You may remember back in 2010, Viacom sold Harmonix for a measly $49.99. Unsurprisingly, ex-shareholders in the company weren’t pleased by the fire sale price, suing Viacom for a number of performance-based bonuses originally agreed to back in 2006.
It gets better: Earlier this year, Viacom turned around and sued the shareholders, claiming “contractual overpayment”.
And wait, there’s more.
The original contract between the companies included a mandatory arbitration clause, which was triggered when the second lawsuit hit the courts. As a result of this private arbitration, the company is now being asked to pay up. Not quite the result Viacom was anticipating, we’d wager.
It’s also not the result the Harmonixshareholders wanted either – the original $700m asking price was knocked down by $167m ($150m was previously paid out in bonuses).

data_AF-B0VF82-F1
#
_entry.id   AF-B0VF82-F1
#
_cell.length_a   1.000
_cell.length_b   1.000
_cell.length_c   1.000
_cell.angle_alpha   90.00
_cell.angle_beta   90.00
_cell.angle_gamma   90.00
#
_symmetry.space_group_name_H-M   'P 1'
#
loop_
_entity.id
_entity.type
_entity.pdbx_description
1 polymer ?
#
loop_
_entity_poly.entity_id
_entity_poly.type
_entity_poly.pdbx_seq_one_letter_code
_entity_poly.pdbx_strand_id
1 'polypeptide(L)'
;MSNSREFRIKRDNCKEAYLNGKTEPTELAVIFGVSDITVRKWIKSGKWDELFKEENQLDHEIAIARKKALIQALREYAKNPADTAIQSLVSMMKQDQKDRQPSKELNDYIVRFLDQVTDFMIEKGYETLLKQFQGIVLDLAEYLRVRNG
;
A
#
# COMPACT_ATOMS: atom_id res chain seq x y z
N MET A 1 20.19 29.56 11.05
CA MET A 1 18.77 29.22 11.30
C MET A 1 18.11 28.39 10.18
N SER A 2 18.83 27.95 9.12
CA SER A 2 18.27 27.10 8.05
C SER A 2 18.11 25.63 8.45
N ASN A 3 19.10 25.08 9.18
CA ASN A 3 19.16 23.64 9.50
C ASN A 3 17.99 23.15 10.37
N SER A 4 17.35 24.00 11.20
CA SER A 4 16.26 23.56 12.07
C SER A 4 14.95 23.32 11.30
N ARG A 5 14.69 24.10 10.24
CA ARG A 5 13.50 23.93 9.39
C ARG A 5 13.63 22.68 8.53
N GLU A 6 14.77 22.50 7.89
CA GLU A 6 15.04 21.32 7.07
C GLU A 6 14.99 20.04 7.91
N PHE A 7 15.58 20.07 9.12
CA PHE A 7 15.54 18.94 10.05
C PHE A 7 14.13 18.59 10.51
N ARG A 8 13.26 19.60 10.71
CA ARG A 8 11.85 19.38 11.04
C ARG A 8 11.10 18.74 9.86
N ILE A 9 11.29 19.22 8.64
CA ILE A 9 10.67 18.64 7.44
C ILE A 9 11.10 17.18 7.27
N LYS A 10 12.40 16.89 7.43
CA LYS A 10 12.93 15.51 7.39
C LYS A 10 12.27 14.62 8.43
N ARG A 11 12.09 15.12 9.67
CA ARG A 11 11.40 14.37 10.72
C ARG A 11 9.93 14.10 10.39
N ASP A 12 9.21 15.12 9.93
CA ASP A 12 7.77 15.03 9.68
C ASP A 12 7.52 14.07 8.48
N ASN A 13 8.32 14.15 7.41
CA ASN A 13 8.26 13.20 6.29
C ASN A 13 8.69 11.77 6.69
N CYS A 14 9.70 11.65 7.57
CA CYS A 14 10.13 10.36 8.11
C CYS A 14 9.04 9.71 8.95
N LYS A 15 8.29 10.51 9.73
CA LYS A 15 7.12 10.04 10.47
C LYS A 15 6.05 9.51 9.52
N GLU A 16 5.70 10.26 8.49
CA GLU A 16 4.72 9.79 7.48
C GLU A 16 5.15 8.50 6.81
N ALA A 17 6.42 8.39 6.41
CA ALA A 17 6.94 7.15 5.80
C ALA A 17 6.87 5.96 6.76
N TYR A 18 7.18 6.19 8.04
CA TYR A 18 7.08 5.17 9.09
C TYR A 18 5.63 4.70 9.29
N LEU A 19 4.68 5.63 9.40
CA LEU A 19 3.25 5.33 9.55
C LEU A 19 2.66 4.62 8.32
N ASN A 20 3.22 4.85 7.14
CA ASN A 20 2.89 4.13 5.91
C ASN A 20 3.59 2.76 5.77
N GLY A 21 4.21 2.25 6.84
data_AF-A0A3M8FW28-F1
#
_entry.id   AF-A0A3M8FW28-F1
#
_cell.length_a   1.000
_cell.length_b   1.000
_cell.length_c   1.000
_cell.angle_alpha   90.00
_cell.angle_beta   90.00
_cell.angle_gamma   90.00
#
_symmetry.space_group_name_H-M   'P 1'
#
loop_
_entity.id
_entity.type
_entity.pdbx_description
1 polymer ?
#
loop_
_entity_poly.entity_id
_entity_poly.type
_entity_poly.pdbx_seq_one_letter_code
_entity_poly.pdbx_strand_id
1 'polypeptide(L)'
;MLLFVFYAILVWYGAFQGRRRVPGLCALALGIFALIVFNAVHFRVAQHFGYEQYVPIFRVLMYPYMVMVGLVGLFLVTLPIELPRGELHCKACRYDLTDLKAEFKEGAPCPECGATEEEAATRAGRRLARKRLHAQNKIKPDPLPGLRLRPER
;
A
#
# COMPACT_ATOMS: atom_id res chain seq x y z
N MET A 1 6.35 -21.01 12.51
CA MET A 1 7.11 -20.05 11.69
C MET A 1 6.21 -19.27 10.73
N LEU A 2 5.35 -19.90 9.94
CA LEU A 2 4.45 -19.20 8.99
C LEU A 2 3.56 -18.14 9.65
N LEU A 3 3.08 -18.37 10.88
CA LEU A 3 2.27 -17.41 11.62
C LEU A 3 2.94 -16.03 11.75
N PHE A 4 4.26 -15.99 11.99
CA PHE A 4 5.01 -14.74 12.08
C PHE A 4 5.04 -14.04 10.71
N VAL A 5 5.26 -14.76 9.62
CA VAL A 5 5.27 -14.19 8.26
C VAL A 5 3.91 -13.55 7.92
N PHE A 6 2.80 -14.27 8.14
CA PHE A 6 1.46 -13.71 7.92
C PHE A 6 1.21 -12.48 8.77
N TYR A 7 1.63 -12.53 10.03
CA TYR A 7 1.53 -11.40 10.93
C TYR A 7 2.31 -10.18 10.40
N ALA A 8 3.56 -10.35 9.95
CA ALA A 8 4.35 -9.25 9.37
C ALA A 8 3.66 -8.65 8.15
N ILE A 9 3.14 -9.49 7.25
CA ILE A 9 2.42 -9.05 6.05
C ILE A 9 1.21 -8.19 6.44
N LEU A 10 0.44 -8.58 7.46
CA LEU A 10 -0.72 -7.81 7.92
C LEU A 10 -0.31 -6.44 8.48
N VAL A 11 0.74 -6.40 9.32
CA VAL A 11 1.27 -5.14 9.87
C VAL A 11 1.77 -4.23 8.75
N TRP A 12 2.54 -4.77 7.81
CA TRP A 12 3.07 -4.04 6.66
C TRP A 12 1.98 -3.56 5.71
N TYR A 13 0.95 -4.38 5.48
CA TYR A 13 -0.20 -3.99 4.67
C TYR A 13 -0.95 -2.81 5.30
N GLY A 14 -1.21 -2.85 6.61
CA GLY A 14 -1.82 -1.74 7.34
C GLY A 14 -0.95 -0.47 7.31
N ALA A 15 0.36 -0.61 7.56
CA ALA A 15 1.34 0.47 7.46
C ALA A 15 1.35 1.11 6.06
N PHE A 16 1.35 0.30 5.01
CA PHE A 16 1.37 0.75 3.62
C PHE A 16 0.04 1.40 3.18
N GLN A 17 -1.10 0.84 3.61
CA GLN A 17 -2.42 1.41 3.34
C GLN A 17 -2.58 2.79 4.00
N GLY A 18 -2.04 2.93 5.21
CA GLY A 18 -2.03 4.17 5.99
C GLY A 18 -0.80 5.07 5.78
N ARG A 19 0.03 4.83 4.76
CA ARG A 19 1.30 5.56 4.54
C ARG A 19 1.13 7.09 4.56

The drama all circles around Viacom‘s attempt to enter the gaming market. While Rock Band, and sequels Rock Band 2 and Rock Band 3 were super-popular, and The Beatles: Rock Band topping multiple charts, the cost of creating proprietary plastic instruments meant that Viacom consistently lost money on the project.
[img_big]center,6097,2010-11-20/And_Your_Bird_hud_bmp_jpgcopy.jpg,The Beatles: Rock Band[/img_big]
…and it’s not over yet. The LA Times reports that Viacom objects to the arbitrator’s decision (surprise!), and has filed yet another lawsuit in an attempt to vacate the resolution. The company claims that arguments and evidence had been “improperly excluded”.
The saga continues.